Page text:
While only a minority of deer tick bites leads to Lyme disease, the longer the tick remains attached to the skin, the greater the risk of getting the disease. One of the signs and symptoms that may occur within a month after a person has been infected is a small, red bump at the site of the tick bite. It doesn’t necessarily mean a person has Lyme disease. However, over the next few days, the redness may expand forming a rash in a bull’s-eye pattern, with a red outer ring surrounding a clear area.  

According to the International Lyme and Associated Diseases Society (ILADS), up to half of the people who have a Lyme infection may never develop a rash at all.  This was true for Scott Rentschler and Karla Duff, whom have experienced Lyme disease. Neither of these Volga residents developed such a rash; neither had an awareness of being bitten by a tick.

Scott got bit during the fall of 2007 while hunting in the grass and timber of southern Iowa. “He had ticks that we needed a magnifying glass to see,” recalls Becci, his wife, “They were everywhere!” A few days later, he had very severe flu-like symptoms along with unexplainable pain, sweats, and headaches. Eventually, the neurological symptoms began—thoughts were unclear and there was anxiety for no reason.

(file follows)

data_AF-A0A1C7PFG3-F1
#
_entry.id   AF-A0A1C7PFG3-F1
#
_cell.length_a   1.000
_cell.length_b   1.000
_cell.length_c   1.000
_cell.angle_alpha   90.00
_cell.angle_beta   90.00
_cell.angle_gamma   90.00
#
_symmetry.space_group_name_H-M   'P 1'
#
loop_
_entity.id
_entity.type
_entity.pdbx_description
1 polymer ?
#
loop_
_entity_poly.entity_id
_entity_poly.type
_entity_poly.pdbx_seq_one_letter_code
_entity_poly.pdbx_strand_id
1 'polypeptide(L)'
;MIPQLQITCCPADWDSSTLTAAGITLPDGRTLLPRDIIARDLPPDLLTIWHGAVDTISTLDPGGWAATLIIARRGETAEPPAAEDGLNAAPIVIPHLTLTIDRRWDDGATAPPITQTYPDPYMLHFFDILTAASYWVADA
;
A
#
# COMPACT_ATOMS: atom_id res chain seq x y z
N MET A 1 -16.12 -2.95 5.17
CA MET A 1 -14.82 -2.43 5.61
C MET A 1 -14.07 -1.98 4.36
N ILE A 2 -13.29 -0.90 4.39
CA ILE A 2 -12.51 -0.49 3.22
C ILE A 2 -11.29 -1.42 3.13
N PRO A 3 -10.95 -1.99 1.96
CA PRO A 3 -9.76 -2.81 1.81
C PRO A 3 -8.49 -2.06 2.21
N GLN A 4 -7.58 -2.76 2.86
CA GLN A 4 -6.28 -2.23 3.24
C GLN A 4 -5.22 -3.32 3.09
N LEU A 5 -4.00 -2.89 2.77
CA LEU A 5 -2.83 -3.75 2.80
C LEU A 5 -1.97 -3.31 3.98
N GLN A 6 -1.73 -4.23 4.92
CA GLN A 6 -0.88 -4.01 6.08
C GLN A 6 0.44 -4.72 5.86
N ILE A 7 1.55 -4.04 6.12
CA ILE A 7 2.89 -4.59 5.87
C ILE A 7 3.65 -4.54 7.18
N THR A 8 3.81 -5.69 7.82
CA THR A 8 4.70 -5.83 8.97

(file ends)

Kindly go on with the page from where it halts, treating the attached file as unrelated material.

Although the signs and symptoms of Lyme disease vary from person to person, Karla experienced the same initial symptoms in 2003 as Scott. According to Mayo Clinic, these are typical symptoms of the condition. Usually more than one system is affected, with the skin, joints, and nervous system being affected most often.